All this said, the number of other civil (non-immigration) judicial reviews across the Administrative Court as a whole has declined. From approx. 2,000 per-annum between 1996 and 2012, falling from 2013 onwards down to 1,597 in 2018. Caseloads have reduced in London and in every ‘regional’ Administrative Court. Worst hit have been Leeds and Manchester, where civil (non-immigration) judicial review caseloads have reduced by more than half since 2013. It is hard to escape that this reduction in caseload (and also a significant increase in unrepresented litigation) coincided with reforms to legal aid in judicial review. Many lawyers report that the so-called ‘chilling effect’ – of payment subject to permission success – has led to specialists moving out of judicial review and into other public law flavoured areas such as Court of Protection work. Some specialist law firms have closed down. Wales too has seen a reduction, with fewer judicial reviews being issued by claimants and solicitors with addresses in Wales nowadays than was the case before the Administrative Court opened in Cardiff ten years ago. Government aims to restrict the use of judicial review seem to have been largely successful, which is particularly worrying given that the anecdotal arguments for reform were debunked by empirical evidence.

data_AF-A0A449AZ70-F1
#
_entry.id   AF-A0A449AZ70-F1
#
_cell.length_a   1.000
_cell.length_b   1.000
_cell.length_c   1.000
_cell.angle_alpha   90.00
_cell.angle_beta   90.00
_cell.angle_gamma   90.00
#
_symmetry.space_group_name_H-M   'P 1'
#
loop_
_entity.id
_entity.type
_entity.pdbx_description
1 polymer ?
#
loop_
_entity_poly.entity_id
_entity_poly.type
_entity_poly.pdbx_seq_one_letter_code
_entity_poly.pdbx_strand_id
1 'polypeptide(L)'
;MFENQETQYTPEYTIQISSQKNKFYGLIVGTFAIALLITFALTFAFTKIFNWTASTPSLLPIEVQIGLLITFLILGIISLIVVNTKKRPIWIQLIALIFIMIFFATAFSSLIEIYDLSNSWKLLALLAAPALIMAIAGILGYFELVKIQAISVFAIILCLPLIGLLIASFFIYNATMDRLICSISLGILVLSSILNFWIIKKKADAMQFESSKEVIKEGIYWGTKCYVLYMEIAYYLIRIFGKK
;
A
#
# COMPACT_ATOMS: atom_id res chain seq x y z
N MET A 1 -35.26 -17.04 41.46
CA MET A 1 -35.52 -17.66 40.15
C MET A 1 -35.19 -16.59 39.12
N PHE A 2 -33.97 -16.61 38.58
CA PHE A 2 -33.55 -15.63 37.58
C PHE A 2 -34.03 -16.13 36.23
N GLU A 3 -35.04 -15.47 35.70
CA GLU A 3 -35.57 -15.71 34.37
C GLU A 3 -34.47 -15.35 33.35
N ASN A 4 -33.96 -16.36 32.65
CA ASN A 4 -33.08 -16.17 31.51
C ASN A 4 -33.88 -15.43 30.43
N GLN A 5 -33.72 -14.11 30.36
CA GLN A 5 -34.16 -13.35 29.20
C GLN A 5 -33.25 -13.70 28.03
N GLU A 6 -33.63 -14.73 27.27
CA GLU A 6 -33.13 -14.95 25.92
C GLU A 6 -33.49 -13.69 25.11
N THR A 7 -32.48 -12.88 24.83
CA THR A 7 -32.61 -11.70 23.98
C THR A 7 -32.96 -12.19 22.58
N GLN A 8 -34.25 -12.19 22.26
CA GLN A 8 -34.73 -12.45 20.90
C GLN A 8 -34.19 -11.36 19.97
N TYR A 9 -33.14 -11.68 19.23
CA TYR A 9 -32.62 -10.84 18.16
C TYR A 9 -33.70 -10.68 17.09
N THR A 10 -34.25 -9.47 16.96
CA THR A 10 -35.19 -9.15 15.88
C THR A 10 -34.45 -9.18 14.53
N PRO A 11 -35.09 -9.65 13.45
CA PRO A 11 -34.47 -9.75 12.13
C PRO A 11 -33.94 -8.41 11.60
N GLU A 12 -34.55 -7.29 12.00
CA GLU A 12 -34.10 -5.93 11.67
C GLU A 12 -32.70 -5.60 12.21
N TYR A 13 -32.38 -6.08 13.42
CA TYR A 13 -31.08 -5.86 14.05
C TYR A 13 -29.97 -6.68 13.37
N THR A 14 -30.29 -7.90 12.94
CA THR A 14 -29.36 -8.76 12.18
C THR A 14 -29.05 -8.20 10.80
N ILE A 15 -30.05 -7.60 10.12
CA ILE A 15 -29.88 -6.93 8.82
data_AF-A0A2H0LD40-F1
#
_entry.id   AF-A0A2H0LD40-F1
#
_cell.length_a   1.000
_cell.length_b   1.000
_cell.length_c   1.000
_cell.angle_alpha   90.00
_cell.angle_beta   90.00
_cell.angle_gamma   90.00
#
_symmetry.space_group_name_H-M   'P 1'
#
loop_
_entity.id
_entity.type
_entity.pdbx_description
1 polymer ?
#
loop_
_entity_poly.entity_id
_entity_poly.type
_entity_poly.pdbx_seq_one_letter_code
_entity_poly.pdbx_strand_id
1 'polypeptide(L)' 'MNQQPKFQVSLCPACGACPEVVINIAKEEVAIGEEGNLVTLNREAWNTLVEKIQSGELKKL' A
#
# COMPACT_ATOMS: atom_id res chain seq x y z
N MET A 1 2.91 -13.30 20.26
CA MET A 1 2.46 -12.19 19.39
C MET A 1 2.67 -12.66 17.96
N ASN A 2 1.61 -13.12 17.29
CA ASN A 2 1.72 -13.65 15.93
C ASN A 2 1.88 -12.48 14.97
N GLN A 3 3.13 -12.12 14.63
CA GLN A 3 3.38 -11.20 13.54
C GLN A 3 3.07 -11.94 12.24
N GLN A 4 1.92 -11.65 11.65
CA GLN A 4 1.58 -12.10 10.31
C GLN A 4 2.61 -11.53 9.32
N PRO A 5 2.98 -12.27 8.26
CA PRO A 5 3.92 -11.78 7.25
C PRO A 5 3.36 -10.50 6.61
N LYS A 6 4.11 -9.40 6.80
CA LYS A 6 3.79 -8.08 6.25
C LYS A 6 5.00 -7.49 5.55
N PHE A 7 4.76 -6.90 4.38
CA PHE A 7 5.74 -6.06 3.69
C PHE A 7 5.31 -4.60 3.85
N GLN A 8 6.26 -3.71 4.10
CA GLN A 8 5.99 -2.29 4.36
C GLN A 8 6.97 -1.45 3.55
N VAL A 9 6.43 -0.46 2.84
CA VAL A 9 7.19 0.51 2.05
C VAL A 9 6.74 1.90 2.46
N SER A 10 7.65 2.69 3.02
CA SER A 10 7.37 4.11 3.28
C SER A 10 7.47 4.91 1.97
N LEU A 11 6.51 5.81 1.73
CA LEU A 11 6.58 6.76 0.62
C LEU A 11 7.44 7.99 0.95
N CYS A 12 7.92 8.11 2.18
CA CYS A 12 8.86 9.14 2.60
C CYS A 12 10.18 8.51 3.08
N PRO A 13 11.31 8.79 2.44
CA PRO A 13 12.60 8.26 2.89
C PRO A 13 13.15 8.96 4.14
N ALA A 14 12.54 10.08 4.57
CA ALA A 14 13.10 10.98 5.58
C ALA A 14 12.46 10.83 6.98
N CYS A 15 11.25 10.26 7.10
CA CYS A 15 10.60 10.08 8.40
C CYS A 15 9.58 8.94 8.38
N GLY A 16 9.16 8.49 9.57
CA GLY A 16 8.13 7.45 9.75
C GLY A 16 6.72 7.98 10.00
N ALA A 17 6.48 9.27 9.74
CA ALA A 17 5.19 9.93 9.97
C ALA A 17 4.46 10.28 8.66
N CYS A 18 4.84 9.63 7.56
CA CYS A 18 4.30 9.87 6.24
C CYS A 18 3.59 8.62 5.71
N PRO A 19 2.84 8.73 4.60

Reflections and Recommendations

Even on the constitutionalised view of judicial review, where the individual’s grievance is not central, the progress of devolution is such that Welsh law claims should be issued and determined in Wales. Welsh Government’s aim to improve rates of instructing local counsel is to be welcomed, and other public bodies in Wales could follow suit.

 

On the matter of jurisdiction, whereas judicial review claims may be filled in Cardiff, Welsh statutory appeals in the Administrative Court (governed by CPR Practice Direction 52D) must be filled in Cardiff (para 27A.3(1)). We recommend that this latter approach be adopted for judicial reviews.